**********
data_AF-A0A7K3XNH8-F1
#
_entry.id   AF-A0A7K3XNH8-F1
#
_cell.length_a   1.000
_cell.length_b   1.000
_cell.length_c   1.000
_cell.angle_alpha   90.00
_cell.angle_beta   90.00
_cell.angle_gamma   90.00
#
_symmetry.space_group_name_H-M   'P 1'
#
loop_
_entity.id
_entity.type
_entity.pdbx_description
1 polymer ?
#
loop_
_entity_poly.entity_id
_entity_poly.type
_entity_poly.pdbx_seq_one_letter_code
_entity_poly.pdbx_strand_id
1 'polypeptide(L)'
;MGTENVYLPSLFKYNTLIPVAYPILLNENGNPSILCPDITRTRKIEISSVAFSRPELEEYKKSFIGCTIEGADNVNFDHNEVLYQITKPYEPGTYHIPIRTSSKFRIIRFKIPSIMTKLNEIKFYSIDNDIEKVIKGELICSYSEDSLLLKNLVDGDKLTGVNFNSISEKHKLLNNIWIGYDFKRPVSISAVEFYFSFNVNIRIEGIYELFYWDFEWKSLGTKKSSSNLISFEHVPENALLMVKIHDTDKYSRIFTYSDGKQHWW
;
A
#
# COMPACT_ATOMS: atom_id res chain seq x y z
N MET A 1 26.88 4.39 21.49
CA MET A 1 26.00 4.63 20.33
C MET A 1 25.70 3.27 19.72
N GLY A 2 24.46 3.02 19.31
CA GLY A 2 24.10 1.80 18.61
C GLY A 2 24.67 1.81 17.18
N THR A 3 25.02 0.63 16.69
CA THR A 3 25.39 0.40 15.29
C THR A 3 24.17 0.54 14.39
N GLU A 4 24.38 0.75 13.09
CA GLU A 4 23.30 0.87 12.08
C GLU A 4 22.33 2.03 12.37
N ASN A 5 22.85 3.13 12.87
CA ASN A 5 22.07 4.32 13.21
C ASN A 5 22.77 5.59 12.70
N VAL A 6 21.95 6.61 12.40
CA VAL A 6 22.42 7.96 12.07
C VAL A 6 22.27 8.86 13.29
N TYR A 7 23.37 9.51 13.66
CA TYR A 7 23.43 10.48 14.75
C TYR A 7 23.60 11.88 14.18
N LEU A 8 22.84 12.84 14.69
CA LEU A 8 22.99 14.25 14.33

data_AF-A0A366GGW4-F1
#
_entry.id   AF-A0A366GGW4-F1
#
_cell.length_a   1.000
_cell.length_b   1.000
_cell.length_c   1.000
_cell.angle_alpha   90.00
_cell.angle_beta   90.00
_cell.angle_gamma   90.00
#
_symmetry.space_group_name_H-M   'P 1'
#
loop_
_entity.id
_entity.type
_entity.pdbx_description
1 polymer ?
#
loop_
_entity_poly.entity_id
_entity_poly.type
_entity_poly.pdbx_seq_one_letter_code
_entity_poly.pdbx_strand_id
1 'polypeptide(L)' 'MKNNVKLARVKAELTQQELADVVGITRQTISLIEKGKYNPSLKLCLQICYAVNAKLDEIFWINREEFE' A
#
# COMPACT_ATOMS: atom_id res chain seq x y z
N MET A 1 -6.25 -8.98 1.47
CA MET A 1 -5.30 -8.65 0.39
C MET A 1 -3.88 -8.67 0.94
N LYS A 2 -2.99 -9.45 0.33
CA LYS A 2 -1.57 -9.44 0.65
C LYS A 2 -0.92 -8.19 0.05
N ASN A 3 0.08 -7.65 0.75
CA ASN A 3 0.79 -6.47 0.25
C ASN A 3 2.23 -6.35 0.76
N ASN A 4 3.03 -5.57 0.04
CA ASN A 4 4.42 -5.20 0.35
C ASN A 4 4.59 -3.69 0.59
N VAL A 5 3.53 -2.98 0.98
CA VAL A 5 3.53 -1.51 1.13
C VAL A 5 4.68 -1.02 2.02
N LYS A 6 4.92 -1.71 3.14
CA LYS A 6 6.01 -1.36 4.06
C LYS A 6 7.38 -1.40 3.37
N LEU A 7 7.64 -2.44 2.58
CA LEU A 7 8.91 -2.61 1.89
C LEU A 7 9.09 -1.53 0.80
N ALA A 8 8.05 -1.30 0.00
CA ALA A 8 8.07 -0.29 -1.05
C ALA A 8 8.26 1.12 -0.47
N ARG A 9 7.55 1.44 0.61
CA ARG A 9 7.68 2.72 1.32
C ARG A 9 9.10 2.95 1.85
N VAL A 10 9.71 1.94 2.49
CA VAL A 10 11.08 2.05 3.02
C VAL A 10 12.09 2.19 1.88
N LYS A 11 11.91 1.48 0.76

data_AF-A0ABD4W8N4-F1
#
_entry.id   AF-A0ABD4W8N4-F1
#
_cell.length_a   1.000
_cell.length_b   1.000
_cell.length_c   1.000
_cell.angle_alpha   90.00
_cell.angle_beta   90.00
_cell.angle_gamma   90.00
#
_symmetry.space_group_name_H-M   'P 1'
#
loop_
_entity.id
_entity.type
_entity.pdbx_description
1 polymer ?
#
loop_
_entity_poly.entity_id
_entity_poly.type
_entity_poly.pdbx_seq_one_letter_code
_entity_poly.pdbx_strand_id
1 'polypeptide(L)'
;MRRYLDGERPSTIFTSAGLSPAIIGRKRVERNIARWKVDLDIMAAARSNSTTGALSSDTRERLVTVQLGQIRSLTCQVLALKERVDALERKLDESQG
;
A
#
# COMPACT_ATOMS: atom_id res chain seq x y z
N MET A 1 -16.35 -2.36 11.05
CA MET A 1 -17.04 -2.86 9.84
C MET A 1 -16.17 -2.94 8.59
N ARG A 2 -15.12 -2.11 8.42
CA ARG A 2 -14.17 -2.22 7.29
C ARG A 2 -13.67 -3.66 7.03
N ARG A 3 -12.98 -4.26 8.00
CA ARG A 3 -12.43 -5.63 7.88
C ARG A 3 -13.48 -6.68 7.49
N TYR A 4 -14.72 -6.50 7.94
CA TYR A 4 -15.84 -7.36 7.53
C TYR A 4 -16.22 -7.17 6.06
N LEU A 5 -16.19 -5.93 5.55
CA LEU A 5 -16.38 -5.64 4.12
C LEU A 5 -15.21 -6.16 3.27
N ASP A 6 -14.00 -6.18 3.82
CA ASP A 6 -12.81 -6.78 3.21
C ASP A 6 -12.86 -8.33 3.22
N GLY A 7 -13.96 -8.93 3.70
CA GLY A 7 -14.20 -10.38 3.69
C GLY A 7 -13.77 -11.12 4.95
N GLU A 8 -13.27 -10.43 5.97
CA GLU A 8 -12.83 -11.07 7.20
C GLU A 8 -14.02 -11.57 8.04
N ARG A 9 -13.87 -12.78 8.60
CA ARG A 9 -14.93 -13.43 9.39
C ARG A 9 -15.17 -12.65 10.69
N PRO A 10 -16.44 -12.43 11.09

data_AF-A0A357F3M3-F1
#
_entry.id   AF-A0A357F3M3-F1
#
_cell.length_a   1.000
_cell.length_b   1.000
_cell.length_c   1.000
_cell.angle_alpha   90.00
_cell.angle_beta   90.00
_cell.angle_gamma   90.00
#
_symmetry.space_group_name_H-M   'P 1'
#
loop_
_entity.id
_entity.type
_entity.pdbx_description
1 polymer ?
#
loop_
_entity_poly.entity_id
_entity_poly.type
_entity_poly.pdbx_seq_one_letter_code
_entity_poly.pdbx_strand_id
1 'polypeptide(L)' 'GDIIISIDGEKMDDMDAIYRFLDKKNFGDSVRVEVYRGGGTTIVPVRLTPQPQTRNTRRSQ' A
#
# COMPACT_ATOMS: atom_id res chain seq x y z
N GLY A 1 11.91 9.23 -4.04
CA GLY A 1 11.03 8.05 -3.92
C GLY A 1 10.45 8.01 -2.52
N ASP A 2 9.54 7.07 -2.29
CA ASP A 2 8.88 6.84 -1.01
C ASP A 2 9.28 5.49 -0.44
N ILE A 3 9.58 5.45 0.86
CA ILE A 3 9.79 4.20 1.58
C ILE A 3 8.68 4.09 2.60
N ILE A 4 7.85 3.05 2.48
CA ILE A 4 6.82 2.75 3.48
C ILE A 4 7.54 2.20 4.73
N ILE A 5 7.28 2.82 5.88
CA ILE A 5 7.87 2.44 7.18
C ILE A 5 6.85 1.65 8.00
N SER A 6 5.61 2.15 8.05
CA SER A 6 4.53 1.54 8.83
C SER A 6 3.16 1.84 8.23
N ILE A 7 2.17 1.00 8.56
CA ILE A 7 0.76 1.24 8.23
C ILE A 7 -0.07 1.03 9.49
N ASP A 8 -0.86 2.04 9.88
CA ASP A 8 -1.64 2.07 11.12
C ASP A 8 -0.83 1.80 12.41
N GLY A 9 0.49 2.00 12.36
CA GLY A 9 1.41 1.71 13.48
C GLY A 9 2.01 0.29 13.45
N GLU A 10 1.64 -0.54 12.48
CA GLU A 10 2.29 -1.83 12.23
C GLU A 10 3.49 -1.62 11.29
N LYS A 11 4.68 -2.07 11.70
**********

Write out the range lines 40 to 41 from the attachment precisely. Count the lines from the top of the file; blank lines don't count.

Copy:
N GLU A 4 24.38 0.75 13.09
CA GLU A 4 23.30 0.87 12.08